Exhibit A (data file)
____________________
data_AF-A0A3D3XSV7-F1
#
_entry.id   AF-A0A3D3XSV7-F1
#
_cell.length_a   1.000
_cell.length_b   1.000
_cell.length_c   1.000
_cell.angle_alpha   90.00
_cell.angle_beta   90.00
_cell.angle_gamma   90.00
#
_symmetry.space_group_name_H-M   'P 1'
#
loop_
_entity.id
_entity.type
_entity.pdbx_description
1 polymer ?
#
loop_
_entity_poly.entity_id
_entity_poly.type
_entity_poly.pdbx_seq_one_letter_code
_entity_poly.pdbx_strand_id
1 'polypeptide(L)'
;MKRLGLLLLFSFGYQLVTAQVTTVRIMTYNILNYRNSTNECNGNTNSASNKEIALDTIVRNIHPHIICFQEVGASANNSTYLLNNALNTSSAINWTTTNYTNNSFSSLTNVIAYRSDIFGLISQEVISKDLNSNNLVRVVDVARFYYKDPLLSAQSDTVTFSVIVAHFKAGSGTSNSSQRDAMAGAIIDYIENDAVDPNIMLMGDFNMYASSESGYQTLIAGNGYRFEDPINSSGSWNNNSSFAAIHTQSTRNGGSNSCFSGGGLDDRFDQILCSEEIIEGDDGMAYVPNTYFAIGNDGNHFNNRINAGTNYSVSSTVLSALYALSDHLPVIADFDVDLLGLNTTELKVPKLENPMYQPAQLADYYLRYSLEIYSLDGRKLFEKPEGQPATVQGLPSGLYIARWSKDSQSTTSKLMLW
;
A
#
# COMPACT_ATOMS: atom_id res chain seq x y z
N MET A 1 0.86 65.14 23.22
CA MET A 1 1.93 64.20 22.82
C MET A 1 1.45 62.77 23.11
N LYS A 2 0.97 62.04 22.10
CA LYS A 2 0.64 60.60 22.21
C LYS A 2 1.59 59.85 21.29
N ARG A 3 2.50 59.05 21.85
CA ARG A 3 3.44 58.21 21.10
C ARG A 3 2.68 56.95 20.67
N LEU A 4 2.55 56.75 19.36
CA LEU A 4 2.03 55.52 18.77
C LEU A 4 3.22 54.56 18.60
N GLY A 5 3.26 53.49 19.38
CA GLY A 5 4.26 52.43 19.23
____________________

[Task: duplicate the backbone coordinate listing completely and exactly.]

data_AF-A0A3D3XSV7-F1
#
_entry.id   AF-A0A3D3XSV7-F1
#
_cell.length_a   1.000
_cell.length_b   1.000
_cell.length_c   1.000
_cell.angle_alpha   90.00
_cell.angle_beta   90.00
_cell.angle_gamma   90.00
#
_symmetry.space_group_name_H-M   'P 1'
#
loop_
_entity.id
_entity.type
_entity.pdbx_description
1 polymer ?
#
loop_
_entity_poly.entity_id
_entity_poly.type
_entity_poly.pdbx_seq_one_letter_code
_entity_poly.pdbx_strand_id
1 'polypeptide(L)'
;MKRLGLLLLFSFGYQLVTAQVTTVRIMTYNILNYRNSTNECNGNTNSASNKEIALDTIVRNIHPHIICFQEVGASANNSTYLLNNALNTSSAINWTTTNYTNNSFSSLTNVIAYRSDIFGLISQEVISKDLNSNNLVRVVDVARFYYKDPLLSAQSDTVTFSVIVAHFKAGSGTSNSSQRDAMAGAIIDYIENDAVDPNIMLMGDFNMYASSESGYQTLIAGNGYRFEDPINSSGSWNNNSSFAAIHTQSTRNGGSNSCFSGGGLDDRFDQILCSEEIIEGDDGMAYVPNTYFAIGNDGNHFNNRINAGTNYSVSSTVLSALYALSDHLPVIADFDVDLLGLNTTELKVPKLENPMYQPAQLADYYLRYSLEIYSLDGRKLFEKPEGQPATVQGLPSGLYIARWSKDSQSTTSKLMLW
;
A
#
# COMPACT_ATOMS: atom_id res chain seq x y z
N MET A 1 0.86 65.14 23.22
CA MET A 1 1.93 64.20 22.82
C MET A 1 1.45 62.77 23.11
N LYS A 2 0.97 62.04 22.10
CA LYS A 2 0.64 60.60 22.21
C LYS A 2 1.59 59.85 21.29
N ARG A 3 2.50 59.05 21.85
CA ARG A 3 3.44 58.21 21.10
C ARG A 3 2.68 56.95 20.67
N LEU A 4 2.55 56.75 19.36
CA LEU A 4 2.03 55.52 18.77
C LEU A 4 3.22 54.56 18.60
N GLY A 5 3.26 53.49 19.38
CA GLY A 5 4.26 52.43 19.23